Storing Movies on HD - AVS Forum
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post #1 of 32 Old 02-27-2004, 12:12 PM - Thread Starter
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I would like to start storing my DVD movies on my HD for immediate access.
I bought a 200Gig HD, but that will only hold about 42 movies.
I read somewhere that you can convert a DVD to Divx format that takes up 10% of the space of DVD format, and keeps the full quality Audio and Video of the movie. Now, being able to store 420 movies is a different story all together. Has anyone done this? Is there an easy way to do it? Is it even true? Thanks in advance for the help.
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post #2 of 32 Old 02-27-2004, 12:18 PM
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Anything that reduces the size is going to affect the quality in some way. I've been putting some of the reference quality DVDs on my PCs hard drive using DVD Decrypter and DVD Shrink. You can compress the movies more with DVD Shrink, but I usually don't. You can choose to just keep the movie and get rid of the extras, alternate audio tracks, P&S version (if on the same DVD), etc. That way you can get DVDs down to 3-5 Gb each. If you can live with compression, you can squeeze them more with DVD Shrink.
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post #3 of 32 Old 02-27-2004, 12:23 PM - Thread Starter
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Here is the link to the program I was talking about.
I understand that Mpeg-4 is compression program, like MP3 where you can recompress the files to a smaller size without losing any noticable quality.
The statment says DVD to Divx, same quality, 10% size
Program
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post #4 of 32 Old 02-27-2004, 12:36 PM
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google autoGK


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post #5 of 32 Old 02-27-2004, 01:22 PM
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You can follow a lot of the HDTV to WMV thread if you want to compress it. I have used WM9 and gotten movies to about 1.5 Gig at 90% video compression and 75% audio compression. It is very watchable, but still just not as good as the original DVD.
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post #6 of 32 Old 02-27-2004, 01:30 PM
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Quote:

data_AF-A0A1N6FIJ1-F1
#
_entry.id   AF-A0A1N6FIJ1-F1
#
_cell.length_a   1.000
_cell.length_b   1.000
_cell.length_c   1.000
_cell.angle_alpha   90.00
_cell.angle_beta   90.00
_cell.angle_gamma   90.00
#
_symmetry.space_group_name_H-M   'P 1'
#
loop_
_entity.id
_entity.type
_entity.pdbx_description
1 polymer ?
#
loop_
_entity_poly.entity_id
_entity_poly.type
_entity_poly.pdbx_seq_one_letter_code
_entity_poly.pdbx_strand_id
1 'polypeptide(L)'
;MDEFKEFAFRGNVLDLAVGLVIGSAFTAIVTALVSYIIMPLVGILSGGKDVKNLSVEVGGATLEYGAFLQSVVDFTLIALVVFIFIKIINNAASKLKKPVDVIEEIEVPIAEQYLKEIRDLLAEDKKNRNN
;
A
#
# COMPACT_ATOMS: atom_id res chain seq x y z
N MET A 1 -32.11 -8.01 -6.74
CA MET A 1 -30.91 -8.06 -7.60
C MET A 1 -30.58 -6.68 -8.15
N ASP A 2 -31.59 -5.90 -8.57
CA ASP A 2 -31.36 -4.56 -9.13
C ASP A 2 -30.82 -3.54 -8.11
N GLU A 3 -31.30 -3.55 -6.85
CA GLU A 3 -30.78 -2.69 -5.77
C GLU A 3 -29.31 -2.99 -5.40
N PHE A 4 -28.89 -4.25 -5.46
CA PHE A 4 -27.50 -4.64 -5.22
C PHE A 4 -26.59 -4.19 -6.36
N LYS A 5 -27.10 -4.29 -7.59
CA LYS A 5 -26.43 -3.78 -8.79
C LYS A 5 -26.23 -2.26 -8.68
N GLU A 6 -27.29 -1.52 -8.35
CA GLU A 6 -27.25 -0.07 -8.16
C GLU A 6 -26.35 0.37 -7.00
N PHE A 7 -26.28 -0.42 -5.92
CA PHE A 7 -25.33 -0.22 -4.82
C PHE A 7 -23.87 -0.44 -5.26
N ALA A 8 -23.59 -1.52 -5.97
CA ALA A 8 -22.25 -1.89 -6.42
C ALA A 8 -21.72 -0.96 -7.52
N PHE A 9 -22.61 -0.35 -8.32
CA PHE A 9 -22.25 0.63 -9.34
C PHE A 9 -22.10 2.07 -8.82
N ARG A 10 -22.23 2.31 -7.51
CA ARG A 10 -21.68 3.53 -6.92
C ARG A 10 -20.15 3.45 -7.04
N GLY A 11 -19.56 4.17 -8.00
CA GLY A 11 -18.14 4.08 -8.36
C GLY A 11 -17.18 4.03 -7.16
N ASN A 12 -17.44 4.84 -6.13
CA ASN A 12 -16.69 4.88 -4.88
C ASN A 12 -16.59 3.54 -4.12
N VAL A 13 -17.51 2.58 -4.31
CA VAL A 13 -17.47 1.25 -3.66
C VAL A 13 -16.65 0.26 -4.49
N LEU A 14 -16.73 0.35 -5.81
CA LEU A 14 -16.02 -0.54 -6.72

Originally posted by BenPlace
The statment says DVD to Divx, same quality, 10% size
Program
It's advertising. Advertising is not necessarily true. If it were true, DVDs would use that format (or use that format to create HD DVD taking up the same amount of space as DVDs today).
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post #7 of 32 Old 02-27-2004, 02:54 PM
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Quote:
Originally posted by Karyk
It's advertising. Advertising is not necessarily true. If it were true, DVDs would use that format (or use that format to create HD DVD taking up the same amount of space as DVDs today).
Uhhhh, that's just not true.

DVDs use one form of compression, MPEG-2. MPEG-2 works in a certain way.

DivX is a different kind of compression. It works in a different way, using a different compression algorithm.

DVD's standardized on MPEG-2, that doesn't mean that there haven't been new developments since that standard was adopted, so very long ago. The assertion that new formats get adopted instantly is of course not true. DivX or something like it may indeed be used in future formats, maybe not HD-DVD, maybe something else.

I have stored many movies using DivX. Can you get the same quality from a 700 MB divx as a 4.5 (or 9) GB DVD? No, but when you rip them you're starting with the already compressed DVD. Try doing a 3 cd (2100MB) rip of a dvd and take a look at the quality. It's pretty good. Take the original film transfer (NOT DVD) and use DivX from the start and see what you get - it will exceed DVD quality in the same amount of data space.
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post #8 of 32 Old 02-27-2004, 06:02 PM
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Quote:
Originally posted by stgdz
google autoGK
I will second this! AutoGK ( Auto Gordian Knot ) is a great little program. I have been using this for a few weeks and have been very happy with the results. Its as easy as DVD Shrink ( maybe easier- if thats possible ) and I rip my DVDs to about 1.4 GB. 250 Gig HD will give me ~150 movies- not bad. It retains full DD 5.1 sound and very good picture.

I just wish it did not take 5-6 hours- PER MOVIE to rip :mad:

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post #9 of 32 Old 02-27-2004, 07:34 PM
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Quote:
Originally posted by stgdz
google autoGK
I will second this! AutoGK ( Auto Gordian Knot ) is a great little program. I have been using this for a few weeks and have been very happy with the results. Its as easy as DVD Shrink ( maybe easier- if thats possible ) and I rip my DVDs to about 1.4 GB. 250 Gig HD will give me ~150 movies- not bad. It retains full DD 5.1 sound and very good picture.

I just wish it did not take 5-6 hours- PER MOVIE to rip :mad: